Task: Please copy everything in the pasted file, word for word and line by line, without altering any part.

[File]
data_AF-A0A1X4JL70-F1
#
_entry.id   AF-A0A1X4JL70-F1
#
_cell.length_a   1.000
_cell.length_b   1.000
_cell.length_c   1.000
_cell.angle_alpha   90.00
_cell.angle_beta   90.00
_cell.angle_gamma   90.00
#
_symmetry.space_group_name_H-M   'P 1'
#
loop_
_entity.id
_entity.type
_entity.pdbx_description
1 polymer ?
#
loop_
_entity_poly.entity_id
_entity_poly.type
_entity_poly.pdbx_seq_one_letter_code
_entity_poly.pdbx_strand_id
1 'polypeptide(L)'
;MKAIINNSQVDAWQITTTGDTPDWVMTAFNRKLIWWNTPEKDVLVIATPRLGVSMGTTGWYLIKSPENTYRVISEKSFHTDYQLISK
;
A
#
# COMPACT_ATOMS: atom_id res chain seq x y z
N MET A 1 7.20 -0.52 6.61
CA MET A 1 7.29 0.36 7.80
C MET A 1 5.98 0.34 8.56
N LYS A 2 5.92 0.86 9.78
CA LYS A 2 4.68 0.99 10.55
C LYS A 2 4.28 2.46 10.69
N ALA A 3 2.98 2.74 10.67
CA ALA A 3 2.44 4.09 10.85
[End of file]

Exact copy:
data_AF-A0A1X4JL70-F1
#
_entry.id   AF-A0A1X4JL70-F1
#
_cell.length_a   1.000
_cell.length_b   1.000
_cell.length_c   1.000
_cell.angle_alpha   90.00
_cell.angle_beta   90.00
_cell.angle_gamma   90.00
#
_symmetry.space_group_name_H-M   'P 1'
#
loop_
_entity.id
_entity.type
_entity.pdbx_description
1 polymer ?
#
loop_
_entity_poly.entity_id
_entity_poly.type
_entity_poly.pdbx_seq_one_letter_code
_entity_poly.pdbx_strand_id
1 'polypeptide(L)'
;MKAIINNSQVDAWQITTTGDTPDWVMTAFNRKLIWWNTPEKDVLVIATPRLGVSMGTTGWYLIKSPENTYRVISEKSFHTDYQLISK
;
A
#
# COMPACT_ATOMS: atom_id res chain seq x y z
N MET A 1 7.20 -0.52 6.61
CA MET A 1 7.29 0.36 7.80
C MET A 1 5.98 0.34 8.56
N LYS A 2 5.92 0.86 9.78
CA LYS A 2 4.68 0.99 10.55
C LYS A 2 4.28 2.46 10.69
N ALA A 3 2.98 2.74 10.67
CA ALA A 3 2.44 4.09 10.85